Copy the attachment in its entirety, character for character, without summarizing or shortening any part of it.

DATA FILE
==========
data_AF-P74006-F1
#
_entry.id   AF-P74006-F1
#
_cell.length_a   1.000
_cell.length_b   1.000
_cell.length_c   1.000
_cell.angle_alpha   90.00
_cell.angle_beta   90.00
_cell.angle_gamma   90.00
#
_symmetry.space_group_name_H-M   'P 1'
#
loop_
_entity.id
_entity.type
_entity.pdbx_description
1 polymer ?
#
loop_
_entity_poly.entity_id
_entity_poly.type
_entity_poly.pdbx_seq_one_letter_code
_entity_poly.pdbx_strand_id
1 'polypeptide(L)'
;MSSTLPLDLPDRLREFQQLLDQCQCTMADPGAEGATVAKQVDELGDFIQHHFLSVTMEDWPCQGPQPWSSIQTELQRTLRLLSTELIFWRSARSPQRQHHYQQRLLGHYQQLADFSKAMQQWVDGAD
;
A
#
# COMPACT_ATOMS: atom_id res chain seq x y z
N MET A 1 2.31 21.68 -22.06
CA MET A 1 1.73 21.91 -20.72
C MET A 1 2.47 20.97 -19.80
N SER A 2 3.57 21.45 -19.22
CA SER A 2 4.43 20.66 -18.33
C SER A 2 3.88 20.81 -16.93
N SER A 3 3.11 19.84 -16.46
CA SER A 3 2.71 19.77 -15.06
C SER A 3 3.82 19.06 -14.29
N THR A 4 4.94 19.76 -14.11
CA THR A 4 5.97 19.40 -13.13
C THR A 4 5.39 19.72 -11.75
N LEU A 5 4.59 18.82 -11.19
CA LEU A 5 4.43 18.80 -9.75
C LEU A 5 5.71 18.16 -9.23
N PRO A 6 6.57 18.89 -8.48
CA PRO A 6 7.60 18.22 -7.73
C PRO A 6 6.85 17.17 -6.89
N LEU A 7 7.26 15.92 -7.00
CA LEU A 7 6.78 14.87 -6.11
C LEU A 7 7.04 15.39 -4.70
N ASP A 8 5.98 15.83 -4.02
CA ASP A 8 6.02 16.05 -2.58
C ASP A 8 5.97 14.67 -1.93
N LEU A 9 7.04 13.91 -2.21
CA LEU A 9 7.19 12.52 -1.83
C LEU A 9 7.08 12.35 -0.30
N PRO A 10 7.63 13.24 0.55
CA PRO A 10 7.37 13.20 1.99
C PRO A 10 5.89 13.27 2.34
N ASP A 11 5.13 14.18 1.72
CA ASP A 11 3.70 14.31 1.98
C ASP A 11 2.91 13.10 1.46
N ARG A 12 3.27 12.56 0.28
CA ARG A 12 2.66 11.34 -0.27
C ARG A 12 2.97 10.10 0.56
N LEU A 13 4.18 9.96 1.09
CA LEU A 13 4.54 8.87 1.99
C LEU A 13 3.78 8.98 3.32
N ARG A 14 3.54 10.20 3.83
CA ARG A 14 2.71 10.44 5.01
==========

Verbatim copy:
data_AF-P74006-F1
#
_entry.id   AF-P74006-F1
#
_cell.length_a   1.000
_cell.length_b   1.000
_cell.length_c   1.000
_cell.angle_alpha   90.00
_cell.angle_beta   90.00
_cell.angle_gamma   90.00
#
_symmetry.space_group_name_H-M   'P 1'
#
loop_
_entity.id
_entity.type
_entity.pdbx_description
1 polymer ?
#
loop_
_entity_poly.entity_id
_entity_poly.type
_entity_poly.pdbx_seq_one_letter_code
_entity_poly.pdbx_strand_id
1 'polypeptide(L)'
;MSSTLPLDLPDRLREFQQLLDQCQCTMADPGAEGATVAKQVDELGDFIQHHFLSVTMEDWPCQGPQPWSSIQTELQRTLRLLSTELIFWRSARSPQRQHHYQQRLLGHYQQLADFSKAMQQWVDGAD
;
A
#
# COMPACT_ATOMS: atom_id res chain seq x y z
N MET A 1 2.31 21.68 -22.06
CA MET A 1 1.73 21.91 -20.72
C MET A 1 2.47 20.97 -19.80
N SER A 2 3.57 21.45 -19.22
CA SER A 2 4.43 20.66 -18.33
C SER A 2 3.88 20.81 -16.93
N SER A 3 3.11 19.84 -16.46
CA SER A 3 2.71 19.77 -15.06
C SER A 3 3.82 19.06 -14.29
N THR A 4 4.94 19.76 -14.11
CA THR A 4 5.97 19.40 -13.13
C THR A 4 5.39 19.72 -11.75
N LEU A 5 4.59 18.82 -11.19
CA LEU A 5 4.43 18.80 -9.75
C LEU A 5 5.71 18.16 -9.23
N PRO A 6 6.57 18.89 -8.48
CA PRO A 6 7.60 18.22 -7.73
C PRO A 6 6.85 17.17 -6.89
N LEU A 7 7.26 15.92 -7.00
CA LEU A 7 6.78 14.87 -6.11
C LEU A 7 7.04 15.39 -4.70
N ASP A 8 5.98 15.83 -4.02
CA ASP A 8 6.02 16.05 -2.58
C ASP A 8 5.97 14.67 -1.93
N LEU A 9 7.04 13.91 -2.21
CA LEU A 9 7.19 12.52 -1.83
C LEU A 9 7.08 12.35 -0.30
N PRO A 10 7.63 13.24 0.55
CA PRO A 10 7.37 13.20 1.99
C PRO A 10 5.89 13.27 2.34
N ASP A 11 5.13 14.18 1.72
CA ASP A 11 3.70 14.31 1.98
C ASP A 11 2.91 13.10 1.46
N ARG A 12 3.27 12.56 0.28
CA ARG A 12 2.66 11.34 -0.27
C ARG A 12 2.97 10.10 0.56
N LEU A 13 4.18 9.96 1.09
CA LEU A 13 4.54 8.87 1.99
C LEU A 13 3.78 8.98 3.32
N ARG A 14 3.54 10.20 3.83
CA ARG A 14 2.71 10.44 5.01